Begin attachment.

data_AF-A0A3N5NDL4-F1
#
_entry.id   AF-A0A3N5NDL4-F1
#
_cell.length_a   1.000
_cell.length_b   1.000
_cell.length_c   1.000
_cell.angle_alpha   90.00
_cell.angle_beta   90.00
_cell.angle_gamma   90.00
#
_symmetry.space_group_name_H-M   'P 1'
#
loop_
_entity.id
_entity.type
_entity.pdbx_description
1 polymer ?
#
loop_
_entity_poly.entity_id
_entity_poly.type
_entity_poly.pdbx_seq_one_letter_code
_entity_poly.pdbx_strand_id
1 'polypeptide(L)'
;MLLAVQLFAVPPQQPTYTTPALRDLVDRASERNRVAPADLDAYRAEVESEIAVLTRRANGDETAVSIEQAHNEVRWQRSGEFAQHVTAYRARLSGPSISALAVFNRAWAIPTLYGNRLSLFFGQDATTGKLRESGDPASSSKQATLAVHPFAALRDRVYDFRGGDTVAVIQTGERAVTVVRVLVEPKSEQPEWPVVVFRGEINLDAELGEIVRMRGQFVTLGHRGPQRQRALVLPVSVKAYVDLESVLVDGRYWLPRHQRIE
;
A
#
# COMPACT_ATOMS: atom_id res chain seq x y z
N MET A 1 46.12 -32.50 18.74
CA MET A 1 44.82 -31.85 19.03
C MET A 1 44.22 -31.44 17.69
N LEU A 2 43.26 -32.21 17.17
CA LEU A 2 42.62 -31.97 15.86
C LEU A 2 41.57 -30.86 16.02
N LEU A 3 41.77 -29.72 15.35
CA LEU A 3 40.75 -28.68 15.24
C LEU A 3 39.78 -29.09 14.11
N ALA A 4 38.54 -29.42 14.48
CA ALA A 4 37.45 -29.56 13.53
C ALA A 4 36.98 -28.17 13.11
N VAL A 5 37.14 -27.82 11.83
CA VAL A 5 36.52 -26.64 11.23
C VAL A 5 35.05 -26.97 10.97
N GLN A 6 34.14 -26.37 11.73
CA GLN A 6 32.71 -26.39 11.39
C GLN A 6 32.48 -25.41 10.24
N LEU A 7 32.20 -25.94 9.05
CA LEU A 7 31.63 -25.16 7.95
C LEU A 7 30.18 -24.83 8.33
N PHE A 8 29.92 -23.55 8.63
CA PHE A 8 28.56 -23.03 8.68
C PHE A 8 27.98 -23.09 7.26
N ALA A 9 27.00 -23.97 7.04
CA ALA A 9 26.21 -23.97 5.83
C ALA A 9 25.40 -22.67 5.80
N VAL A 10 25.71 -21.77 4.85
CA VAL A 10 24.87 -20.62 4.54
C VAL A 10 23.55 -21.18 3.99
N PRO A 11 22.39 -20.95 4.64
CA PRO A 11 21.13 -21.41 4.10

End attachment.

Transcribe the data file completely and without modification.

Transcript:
data_AF-A0A3N5NDL4-F1
#
_entry.id   AF-A0A3N5NDL4-F1
#
_cell.length_a   1.000
_cell.length_b   1.000
_cell.length_c   1.000
_cell.angle_alpha   90.00
_cell.angle_beta   90.00
_cell.angle_gamma   90.00
#
_symmetry.space_group_name_H-M   'P 1'
#
loop_
_entity.id
_entity.type
_entity.pdbx_description
1 polymer ?
#
loop_
_entity_poly.entity_id
_entity_poly.type
_entity_poly.pdbx_seq_one_letter_code
_entity_poly.pdbx_strand_id
1 'polypeptide(L)'
;MLLAVQLFAVPPQQPTYTTPALRDLVDRASERNRVAPADLDAYRAEVESEIAVLTRRANGDETAVSIEQAHNEVRWQRSGEFAQHVTAYRARLSGPSISALAVFNRAWAIPTLYGNRLSLFFGQDATTGKLRESGDPASSSKQATLAVHPFAALRDRVYDFRGGDTVAVIQTGERAVTVVRVLVEPKSEQPEWPVVVFRGEINLDAELGEIVRMRGQFVTLGHRGPQRQRALVLPVSVKAYVDLESVLVDGRYWLPRHQRIE
;
A
#
# COMPACT_ATOMS: atom_id res chain seq x y z
N MET A 1 46.12 -32.50 18.74
CA MET A 1 44.82 -31.85 19.03
C MET A 1 44.22 -31.44 17.69
N LEU A 2 43.26 -32.21 17.17
CA LEU A 2 42.62 -31.97 15.86
C LEU A 2 41.57 -30.86 16.02
N LEU A 3 41.77 -29.72 15.35
CA LEU A 3 40.75 -28.68 15.24
C LEU A 3 39.78 -29.09 14.11
N ALA A 4 38.54 -29.42 14.48
CA ALA A 4 37.45 -29.56 13.53
C ALA A 4 36.98 -28.17 13.11
N VAL A 5 37.14 -27.82 11.83
CA VAL A 5 36.52 -26.64 11.23
C VAL A 5 35.05 -26.97 10.97
N GLN A 6 34.14 -26.37 11.73
CA GLN A 6 32.71 -26.39 11.39
C GLN A 6 32.48 -25.41 10.24
N LEU A 7 32.20 -25.94 9.05
CA LEU A 7 31.63 -25.16 7.95
C LEU A 7 30.18 -24.83 8.33
N PHE A 8 29.92 -23.55 8.63
CA PHE A 8 28.56 -23.03 8.68
C PHE A 8 27.98 -23.09 7.26
N ALA A 9 27.00 -23.97 7.04
CA ALA A 9 26.21 -23.97 5.83
C ALA A 9 25.40 -22.67 5.80
N VAL A 10 25.71 -21.77 4.85
CA VAL A 10 24.87 -20.62 4.54
C VAL A 10 23.55 -21.18 3.99
N PRO A 11 22.39 -20.95 4.64
CA PRO A 11 21.13 -21.41 4.10